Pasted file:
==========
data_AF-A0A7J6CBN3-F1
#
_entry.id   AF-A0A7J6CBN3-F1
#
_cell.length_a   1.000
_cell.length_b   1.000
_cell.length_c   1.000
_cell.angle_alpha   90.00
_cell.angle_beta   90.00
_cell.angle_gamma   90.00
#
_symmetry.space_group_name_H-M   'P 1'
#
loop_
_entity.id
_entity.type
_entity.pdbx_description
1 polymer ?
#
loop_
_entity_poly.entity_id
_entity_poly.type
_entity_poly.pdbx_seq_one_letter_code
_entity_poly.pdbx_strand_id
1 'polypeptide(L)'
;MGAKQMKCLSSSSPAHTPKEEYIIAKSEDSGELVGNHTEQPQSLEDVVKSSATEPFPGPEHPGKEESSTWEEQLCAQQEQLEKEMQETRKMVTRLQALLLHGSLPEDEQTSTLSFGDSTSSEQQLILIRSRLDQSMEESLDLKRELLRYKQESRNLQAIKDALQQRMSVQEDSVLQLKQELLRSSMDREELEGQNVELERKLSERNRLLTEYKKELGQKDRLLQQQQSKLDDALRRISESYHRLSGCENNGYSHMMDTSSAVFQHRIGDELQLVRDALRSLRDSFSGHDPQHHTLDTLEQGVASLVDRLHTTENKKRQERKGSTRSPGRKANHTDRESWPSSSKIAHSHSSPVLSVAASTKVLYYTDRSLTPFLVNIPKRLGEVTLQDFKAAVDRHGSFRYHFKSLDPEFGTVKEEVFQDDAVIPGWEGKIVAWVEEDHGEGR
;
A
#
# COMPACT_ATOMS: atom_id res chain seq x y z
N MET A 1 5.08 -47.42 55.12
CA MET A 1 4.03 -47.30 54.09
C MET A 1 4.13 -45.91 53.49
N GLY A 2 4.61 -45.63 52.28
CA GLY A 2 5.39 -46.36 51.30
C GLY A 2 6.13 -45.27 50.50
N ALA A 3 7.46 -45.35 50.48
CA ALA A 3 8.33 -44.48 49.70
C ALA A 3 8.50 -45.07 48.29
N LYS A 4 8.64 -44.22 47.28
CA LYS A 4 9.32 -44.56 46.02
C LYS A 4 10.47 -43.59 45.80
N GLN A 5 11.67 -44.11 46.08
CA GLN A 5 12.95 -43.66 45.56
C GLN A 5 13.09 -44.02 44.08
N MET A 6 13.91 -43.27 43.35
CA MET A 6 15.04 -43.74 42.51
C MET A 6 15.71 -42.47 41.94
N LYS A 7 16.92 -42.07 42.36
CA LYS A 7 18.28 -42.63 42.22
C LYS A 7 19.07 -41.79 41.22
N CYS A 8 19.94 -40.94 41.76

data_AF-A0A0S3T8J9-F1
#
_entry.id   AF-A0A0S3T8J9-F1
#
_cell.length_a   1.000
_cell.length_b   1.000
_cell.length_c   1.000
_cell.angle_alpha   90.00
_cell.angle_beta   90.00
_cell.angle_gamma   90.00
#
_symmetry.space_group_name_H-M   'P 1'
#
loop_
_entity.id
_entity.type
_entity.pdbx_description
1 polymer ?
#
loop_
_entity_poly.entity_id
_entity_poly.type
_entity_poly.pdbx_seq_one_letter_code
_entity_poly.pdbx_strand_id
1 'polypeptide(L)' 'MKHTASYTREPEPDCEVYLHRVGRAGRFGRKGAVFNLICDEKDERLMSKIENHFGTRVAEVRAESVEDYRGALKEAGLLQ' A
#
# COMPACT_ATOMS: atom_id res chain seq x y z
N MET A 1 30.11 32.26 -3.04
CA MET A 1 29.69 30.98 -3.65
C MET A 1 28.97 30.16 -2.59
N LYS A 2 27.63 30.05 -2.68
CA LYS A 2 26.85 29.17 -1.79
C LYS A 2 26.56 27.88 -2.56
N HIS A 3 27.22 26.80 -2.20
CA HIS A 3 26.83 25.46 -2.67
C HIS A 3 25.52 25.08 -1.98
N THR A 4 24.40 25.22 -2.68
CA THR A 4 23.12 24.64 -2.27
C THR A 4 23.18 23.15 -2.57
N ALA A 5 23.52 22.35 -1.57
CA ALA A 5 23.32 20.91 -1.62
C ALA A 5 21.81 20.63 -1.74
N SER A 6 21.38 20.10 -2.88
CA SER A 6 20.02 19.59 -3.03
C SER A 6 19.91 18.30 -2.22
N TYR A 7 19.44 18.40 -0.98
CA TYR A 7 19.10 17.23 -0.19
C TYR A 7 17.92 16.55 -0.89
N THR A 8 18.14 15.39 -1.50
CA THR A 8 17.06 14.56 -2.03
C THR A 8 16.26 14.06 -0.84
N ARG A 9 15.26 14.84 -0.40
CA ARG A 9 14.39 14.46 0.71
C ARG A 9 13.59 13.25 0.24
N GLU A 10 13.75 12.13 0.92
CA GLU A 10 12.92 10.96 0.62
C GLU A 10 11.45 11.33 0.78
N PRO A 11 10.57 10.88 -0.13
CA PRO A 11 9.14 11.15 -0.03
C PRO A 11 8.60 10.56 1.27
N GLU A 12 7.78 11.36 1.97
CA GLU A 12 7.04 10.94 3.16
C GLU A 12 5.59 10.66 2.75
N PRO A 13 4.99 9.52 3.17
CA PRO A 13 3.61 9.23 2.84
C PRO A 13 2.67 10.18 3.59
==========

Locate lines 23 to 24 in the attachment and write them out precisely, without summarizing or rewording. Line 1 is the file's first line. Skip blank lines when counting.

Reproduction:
_entity_poly.pdbx_seq_one_letter_code
_entity_poly.pdbx_strand_id